The following article series presents an overview of the guidance surrounding Obstacle Limitation Surfaces (OLS) for aerodromes around the world. Key similarities and differences from each guidance document are highlighted. The article will be updated over time with new summaries of OLS guidance from around the world.
What are Obstacle Limitation Surfaces
In order to protect aircraft against potential collision risk, it is necessary to implement rules regarding tall structures surrounding aerodromes.
This is done via the implementation and safeguarding of Obstacle Limitation Surfaces or Protected Surfaces, which are imaginary planes defined in 3D around the aerodrome which must not be infringed. This is illustrated in the figure below.
Figure 1: Relevance of Obstacle Limitation Surfaces.
Obstacle Limitation Surfaces are established around aerodromes all over the world for safeguarding. Various guidance documents are now discussed in turn following a description of each surface type.
Types of protected surfaces
The most common types of protected surfaces are listed below.
- The Approach Surface
- The Take-Off Climb Surface
- The Inner Horizontal Surface
- The Conical Surface
- The Outer Horizontal Surface
Other Surfaces: There are other slightly more complicated surfaces, which are constructed in close proximity to the runway. These are not discussed at length here.
Countries and their safeguarding guidance
Different countries, and organisations within them, use variations of Obstacle Limitation Surfaces guidance. The two guidance documents reviewed in this edition are listed below:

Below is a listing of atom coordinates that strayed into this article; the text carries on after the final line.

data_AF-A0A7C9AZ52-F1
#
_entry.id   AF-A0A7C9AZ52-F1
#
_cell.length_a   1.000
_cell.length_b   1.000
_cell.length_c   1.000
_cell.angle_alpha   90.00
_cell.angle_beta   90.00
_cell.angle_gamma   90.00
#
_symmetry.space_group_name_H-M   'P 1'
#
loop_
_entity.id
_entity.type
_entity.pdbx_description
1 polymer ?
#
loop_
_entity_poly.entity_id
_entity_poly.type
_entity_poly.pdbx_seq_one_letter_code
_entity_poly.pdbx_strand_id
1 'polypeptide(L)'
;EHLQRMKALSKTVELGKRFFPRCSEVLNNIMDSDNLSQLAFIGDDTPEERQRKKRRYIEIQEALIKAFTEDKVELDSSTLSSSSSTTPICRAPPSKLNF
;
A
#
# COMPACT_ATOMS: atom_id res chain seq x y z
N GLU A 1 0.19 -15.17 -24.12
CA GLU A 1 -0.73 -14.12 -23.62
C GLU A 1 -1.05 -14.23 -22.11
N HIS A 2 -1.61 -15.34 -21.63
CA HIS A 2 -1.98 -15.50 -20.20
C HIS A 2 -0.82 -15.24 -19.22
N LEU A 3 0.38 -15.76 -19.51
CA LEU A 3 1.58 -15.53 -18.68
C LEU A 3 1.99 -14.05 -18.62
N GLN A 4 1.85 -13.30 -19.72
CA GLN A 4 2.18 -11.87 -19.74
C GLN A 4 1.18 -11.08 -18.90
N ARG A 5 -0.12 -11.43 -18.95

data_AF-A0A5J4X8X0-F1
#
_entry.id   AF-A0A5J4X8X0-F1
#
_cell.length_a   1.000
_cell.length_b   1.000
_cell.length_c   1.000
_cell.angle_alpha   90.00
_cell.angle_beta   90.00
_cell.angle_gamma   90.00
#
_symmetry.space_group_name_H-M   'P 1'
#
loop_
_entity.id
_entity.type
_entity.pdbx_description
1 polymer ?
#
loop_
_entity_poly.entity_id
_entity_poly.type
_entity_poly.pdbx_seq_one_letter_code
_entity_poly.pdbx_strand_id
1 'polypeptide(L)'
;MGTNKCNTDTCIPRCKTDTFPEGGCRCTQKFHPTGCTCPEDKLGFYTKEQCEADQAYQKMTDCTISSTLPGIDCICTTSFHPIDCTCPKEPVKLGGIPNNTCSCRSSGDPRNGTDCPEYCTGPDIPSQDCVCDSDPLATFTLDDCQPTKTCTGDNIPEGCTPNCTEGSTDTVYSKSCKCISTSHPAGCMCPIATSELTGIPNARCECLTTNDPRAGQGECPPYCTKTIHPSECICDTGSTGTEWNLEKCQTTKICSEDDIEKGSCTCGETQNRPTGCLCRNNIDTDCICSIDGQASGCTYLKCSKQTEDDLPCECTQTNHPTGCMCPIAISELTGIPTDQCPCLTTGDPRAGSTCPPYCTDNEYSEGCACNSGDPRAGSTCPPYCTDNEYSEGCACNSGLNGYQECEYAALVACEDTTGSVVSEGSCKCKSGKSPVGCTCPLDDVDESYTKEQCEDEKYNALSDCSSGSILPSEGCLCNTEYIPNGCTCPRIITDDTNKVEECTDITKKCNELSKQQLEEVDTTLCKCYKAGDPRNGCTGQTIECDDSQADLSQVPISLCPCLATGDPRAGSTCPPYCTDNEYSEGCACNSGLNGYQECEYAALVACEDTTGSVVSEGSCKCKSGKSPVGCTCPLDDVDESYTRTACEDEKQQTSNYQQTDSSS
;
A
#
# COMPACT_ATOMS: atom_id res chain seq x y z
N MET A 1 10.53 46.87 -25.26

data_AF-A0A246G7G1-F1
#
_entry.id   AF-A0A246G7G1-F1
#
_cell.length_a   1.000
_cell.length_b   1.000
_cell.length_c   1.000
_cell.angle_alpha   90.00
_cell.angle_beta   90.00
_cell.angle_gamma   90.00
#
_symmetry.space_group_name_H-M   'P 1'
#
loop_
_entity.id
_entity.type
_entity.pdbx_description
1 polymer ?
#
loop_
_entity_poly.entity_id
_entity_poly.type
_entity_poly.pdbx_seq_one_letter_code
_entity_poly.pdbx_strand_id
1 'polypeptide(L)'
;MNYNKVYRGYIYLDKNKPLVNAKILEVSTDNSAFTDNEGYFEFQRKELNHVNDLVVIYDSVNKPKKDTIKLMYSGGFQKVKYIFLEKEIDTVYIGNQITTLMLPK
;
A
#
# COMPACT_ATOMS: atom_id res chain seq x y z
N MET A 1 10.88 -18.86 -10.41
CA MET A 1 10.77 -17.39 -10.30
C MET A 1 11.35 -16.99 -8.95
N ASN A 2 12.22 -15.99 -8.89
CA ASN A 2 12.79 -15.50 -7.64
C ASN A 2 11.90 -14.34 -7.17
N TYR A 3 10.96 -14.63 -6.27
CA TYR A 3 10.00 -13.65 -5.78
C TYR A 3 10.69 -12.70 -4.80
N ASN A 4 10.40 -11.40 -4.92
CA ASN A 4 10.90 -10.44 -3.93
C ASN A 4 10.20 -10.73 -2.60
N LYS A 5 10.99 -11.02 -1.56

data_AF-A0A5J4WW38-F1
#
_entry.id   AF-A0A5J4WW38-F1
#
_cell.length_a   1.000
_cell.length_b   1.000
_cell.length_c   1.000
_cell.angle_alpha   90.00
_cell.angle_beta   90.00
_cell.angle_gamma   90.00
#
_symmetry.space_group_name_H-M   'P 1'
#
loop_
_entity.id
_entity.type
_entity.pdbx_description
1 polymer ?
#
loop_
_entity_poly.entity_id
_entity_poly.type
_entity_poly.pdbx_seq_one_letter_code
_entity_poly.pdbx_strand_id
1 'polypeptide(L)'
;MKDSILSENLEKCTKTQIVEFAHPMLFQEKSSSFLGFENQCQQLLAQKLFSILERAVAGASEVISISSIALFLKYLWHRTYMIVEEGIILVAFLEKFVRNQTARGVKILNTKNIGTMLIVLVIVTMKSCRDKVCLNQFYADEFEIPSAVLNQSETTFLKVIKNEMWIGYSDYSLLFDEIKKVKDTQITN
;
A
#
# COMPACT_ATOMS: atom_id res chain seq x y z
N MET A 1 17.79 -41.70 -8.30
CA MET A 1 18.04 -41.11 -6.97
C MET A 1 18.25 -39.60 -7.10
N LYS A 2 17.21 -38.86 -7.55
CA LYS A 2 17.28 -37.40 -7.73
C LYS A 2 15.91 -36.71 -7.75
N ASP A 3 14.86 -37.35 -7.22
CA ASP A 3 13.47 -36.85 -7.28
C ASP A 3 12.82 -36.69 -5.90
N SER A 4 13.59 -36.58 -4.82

- UK Civil Aviation Authority (CAA): Civil Aviation Publication (CAP) 168.
This guidance document covers the majority of licensed aerodromes in the UK, such as London Heathrow and Manchester Airport.
- UK Military Aviation Authority (MAA): Manual of Aerodrome Design & Safeguarding (MADS).
This guidance document is applicable to all military aerodromes in the UK such as RAF Northolt.
UK CAP 168 to UK MADS
Both being in the UK, the documents provide similar guidance however, in the case of MADS, the criteria are slightly more stringent compared to CAP 168. For example the Outer Horizontal Surface for a civil aviation runway with a length of 1,860m or more is 150m above the lowest runway threshold. In the case of a similar runway used by military aircraft the height would be 145m. Hence, an obstruction having a height of 147m would breach the military criteria but not the civil ones (assuming the ground height at the obstruction is the same as the lowest runway threshold height).
Failing to consider Obstacle Limitation Surfaces can jeopardise the development of a project. It is therefore important to understand the Obstacle Limitation Surfaces for aerodromes and how they vary from country to country and different organisations between them.
This article will be updated over time with reviews of other Obstacle Limitation Surface documents and how they vary.
Civil Aviation Publication 168, chapter 4, Issue 10 – 02/14. Civil Aviation Authority.
Manual of Aerodrome Design & Safeguarding, chapter 5, Issue 3 – 01/04/10. Military Aviation Authority.